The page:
Hypothesis 1

H10: There is no relationship between Employee performance and Strategic plan of ECDoE.

H11: There is a relationship between Employee performance and Strategic plan of ECDoE.

Table 4 focuses mainly on the adjusted R square when assessing the authenticity of the linear regression model on the given data. Based on the results that are presented in Table 4, it is clear that the model fits the data perfectly. In principle, the ‘adjusted R square is used to determine how well a regression model fits the data’ (Ajao, Oyeyemi & Olayinka 2016). In model one (1), both R2 = 0.698, and the adjusted R square = 0.697. This suggest that our independent variable ‘Strategic Plan of the ECDoE’ explain over 69% of the variability in our dependent variable ‘Employee Performance’. In addition, the Durbin-Watson test for multicollinearity is essential to validate the linear regression model. According to (Montgomery et al. 2013), a value of Durbin-Watson between 1 and 10 suggest that there is no multicollinearity. In the Table 4, the Durbin-Watson is 1.517 suggestive of the nonexistence of multicollinearity. As a result, it is safe to conclude that the model was appropriate for hypothesis testing. Although the model fits the data, it is necessary to also test whether the regression model statistically and significantly predicts the outcome variable technological disruptions. Therefore, the ANOVA table presented in Table 5 was extracted.

TABLE 4: Model summary.
TABLE 5: Analysis of variance statistical significance.

The results presented show that the regression model used in this analysis predicts the dependent variable (Employee Performance) significantly well. In the ‘Regression’ row under the ‘Sig.’ column, the p-value is less than 0.05. Therefore, we can conclude that ‘model one 1’ F (528.155) with a mean square of ‘248.857’, and a p = 0.000; the sig or p-value is less than 0.05 (p < 0.05) is a significant fit to predict the dependant variable employee performance. To conclude the existence and significance of the relationship, the coefficients are presented in Table 6.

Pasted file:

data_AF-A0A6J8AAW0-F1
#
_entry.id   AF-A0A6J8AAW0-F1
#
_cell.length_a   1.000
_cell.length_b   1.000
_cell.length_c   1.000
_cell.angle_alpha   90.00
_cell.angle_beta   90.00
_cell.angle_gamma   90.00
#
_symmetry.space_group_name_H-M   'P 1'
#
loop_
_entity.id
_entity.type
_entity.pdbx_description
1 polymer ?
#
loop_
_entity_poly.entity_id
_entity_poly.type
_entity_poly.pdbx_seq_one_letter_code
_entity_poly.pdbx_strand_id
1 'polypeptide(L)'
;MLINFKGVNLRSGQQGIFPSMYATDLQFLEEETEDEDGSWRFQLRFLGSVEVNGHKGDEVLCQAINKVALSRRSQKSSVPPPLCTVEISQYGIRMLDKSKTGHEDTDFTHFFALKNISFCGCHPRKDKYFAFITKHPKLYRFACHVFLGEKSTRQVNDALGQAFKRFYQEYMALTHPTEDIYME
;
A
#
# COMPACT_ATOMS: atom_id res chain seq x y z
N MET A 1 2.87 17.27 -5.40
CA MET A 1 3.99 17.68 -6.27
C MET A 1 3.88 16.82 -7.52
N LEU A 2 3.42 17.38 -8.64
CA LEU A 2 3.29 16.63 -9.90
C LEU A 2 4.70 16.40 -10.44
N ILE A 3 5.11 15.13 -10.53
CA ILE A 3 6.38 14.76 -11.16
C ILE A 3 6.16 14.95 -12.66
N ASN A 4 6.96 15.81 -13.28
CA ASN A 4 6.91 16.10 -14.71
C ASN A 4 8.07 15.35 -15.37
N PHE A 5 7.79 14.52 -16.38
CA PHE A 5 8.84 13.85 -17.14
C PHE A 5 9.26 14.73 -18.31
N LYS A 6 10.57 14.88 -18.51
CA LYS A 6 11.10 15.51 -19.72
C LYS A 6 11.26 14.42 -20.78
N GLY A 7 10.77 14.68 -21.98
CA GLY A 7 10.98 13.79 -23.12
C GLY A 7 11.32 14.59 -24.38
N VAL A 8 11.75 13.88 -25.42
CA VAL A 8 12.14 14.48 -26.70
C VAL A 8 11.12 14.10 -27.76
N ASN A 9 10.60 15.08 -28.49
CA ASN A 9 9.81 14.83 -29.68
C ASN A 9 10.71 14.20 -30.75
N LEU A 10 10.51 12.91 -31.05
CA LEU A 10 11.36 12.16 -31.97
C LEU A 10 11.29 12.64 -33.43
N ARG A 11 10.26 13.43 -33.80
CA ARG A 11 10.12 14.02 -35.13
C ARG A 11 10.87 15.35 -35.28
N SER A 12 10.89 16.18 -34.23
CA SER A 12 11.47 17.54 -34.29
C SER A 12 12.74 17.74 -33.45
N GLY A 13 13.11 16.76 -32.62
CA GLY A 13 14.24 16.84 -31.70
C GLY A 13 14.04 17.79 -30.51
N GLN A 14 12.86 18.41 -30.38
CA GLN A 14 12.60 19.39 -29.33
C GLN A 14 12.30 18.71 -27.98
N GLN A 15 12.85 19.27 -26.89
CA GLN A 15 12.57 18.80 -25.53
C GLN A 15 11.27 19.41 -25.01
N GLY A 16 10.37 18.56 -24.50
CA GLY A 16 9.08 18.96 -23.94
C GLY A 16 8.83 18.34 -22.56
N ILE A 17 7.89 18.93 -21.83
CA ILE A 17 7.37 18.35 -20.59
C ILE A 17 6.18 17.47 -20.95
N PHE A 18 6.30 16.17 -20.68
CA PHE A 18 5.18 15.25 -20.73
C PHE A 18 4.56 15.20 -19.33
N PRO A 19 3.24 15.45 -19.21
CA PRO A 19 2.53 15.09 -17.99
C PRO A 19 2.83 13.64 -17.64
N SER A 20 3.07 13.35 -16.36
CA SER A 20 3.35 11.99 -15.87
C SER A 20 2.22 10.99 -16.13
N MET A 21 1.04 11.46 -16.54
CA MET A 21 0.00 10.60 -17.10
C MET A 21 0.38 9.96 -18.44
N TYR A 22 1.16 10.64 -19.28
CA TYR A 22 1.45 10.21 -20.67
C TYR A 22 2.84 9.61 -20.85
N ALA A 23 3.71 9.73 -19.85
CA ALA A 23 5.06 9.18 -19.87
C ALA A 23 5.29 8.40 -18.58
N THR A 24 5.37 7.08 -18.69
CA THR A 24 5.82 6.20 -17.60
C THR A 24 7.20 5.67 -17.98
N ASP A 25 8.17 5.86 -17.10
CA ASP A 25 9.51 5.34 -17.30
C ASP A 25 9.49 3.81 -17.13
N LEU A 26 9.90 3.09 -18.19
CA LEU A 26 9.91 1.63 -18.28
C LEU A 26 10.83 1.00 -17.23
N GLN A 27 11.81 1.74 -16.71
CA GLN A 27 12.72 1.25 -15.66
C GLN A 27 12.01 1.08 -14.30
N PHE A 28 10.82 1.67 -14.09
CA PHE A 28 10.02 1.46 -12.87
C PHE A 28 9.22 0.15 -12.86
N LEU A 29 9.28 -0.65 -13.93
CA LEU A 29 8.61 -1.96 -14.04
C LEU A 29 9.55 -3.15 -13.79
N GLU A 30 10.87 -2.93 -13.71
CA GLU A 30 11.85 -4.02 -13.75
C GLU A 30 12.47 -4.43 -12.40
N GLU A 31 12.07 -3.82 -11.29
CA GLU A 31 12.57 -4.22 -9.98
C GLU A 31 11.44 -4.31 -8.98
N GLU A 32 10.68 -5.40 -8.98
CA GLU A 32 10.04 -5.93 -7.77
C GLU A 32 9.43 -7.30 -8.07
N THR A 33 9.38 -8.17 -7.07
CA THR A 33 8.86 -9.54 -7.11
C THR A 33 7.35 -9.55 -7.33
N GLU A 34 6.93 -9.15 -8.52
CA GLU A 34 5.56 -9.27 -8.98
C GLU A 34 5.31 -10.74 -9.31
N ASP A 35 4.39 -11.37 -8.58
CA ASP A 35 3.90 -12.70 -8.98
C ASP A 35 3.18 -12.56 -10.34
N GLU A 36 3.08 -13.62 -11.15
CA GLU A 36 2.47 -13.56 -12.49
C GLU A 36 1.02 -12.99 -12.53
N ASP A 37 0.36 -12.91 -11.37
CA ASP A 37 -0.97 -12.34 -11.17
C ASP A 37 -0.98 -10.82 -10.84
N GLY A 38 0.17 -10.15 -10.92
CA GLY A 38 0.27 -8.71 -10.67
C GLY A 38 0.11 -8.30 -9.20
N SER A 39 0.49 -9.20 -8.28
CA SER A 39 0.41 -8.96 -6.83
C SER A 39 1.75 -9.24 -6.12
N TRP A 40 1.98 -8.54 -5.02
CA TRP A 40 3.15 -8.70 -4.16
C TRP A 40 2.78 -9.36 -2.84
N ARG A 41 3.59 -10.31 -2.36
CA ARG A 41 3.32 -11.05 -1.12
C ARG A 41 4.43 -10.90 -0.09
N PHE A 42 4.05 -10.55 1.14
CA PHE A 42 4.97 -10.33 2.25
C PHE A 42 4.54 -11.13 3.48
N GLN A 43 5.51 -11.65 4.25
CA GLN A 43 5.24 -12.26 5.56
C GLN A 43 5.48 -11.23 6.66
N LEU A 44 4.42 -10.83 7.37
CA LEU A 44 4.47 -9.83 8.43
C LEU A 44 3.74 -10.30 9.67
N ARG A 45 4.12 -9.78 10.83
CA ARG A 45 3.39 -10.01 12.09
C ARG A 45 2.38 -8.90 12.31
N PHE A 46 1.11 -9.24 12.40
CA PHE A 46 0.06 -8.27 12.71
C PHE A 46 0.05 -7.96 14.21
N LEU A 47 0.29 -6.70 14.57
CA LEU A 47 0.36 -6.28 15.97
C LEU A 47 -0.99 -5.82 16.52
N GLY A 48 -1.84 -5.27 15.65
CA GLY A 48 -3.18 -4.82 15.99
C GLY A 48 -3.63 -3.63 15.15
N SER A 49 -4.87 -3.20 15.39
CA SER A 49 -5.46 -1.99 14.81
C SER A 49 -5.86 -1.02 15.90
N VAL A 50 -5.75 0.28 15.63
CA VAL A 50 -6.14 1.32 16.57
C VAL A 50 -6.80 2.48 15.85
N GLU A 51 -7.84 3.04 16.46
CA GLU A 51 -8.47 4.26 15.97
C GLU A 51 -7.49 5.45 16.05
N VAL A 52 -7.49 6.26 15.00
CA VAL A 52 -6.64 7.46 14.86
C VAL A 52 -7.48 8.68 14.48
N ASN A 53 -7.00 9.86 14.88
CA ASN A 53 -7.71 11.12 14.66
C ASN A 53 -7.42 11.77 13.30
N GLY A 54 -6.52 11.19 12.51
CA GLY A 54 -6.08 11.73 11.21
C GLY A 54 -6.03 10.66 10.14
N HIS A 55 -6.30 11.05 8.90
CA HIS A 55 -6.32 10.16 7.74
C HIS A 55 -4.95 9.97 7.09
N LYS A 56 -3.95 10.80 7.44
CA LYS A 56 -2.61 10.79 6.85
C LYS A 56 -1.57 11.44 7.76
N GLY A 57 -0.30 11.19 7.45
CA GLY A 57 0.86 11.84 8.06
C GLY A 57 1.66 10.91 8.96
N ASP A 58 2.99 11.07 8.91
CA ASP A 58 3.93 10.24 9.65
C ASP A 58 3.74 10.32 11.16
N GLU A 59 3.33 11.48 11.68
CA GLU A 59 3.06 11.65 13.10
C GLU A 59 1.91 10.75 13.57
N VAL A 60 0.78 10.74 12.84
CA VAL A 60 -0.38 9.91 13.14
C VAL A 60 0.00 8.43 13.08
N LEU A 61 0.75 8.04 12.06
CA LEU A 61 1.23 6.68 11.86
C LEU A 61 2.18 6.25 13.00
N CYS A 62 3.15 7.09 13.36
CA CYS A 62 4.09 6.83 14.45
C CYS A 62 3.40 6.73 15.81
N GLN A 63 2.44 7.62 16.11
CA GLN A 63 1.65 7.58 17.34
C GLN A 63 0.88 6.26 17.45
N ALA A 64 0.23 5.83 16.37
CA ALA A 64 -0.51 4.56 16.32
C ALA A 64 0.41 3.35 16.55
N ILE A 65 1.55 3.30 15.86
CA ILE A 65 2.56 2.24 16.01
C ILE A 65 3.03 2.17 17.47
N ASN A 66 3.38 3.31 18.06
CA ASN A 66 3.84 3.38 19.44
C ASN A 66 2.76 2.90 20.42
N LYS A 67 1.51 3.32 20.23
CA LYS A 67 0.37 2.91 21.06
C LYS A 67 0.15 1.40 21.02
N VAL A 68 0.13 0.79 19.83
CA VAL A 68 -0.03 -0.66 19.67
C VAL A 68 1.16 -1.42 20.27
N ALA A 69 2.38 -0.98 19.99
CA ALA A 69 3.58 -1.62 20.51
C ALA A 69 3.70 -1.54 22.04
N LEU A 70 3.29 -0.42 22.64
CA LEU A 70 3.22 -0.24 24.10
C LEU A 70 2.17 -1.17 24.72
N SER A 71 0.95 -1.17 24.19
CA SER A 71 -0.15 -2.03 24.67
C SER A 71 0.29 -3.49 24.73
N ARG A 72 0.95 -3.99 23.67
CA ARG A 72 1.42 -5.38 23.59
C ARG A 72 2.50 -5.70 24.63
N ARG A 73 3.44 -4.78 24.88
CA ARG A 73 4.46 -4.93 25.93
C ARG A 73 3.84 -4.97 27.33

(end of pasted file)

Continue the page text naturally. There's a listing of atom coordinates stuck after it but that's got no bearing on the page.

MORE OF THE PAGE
TABLE 6: H1: Regression model coefficients.

Assuming a prediction (probability) of, p < 0.05, such predictions suggest that there is a significant relationship between the dependant variable and the independent variable. Considering the readings from the previous table, under the ‘strategic plan of the ECDoE’ row and ‘Sig.’ column, the reading shows that the relationship between ‘strategic plan of the ECDoE’ and ‘Employee Performance’ is statistically significant at prediction (probability) p < 0.05, that is (B = 0.927, p = 0.000). The positive Beta of ‘0.927’ for ‘strategic plan of the ECDoE’ suggests that 1-unit proportional improvement and/ or alignment to the ‘strategic plan of the ECDoE’ leads to a 92.7% increase in ‘Employee Performance’. Therefore, we can conclude that the ‘strategic plan of the ECDoE’ has a significant and positive influence on ‘Employee Performance’. The visual display of the relationship is presented in Figure 1.

FIGURE 1: Scatterplot strategic plan of the Eastern Cape Department of Education and employee performance.

These results are consistent with a study conducted by Ajao, Oyeyemi and Olayinka (2016) on employee performance and the strategic plan. The results revealed that effective strategic planning indeed has a positive impact on performance. Although formal planning alone may not bring about better performance, effective implementation will suffice. This means that employee performance acts as a catalyst in achieving the goals in the Department’s Strategic Plan. In addition, strategic planning plays a crucial role in monitoring the strategies to be used by an organisation or employees to achieve the set objectives and reviewing the outcomes with the expected results of an organisational strategic plan (Jacobsen & Johnsen 2020:16). By doing this, the employees would be able to achieve the goals, mission and vision of the Department. The results confirm that H0, stating that there is no relationship between employee performance and strategic plan alignment in the ECDoE, was rejected, while H1 was confirmed.

Limitations of the study

The design and other technical factors associated with this study, significantly weaken the generalisability of study findings. The quantitative research strategy, used in the study, means that the findings and attendant inferences are based on the objective views of study participants and the specific documents consulted. As such, findings in this paper may not be applicable outside of the specific context of the inquiry, or generalised to the whole population. Given the foregoing limitations, it is recommended that future researchers should focus on understanding the impact of Continuous Teacher Development programmes in improving learner performance.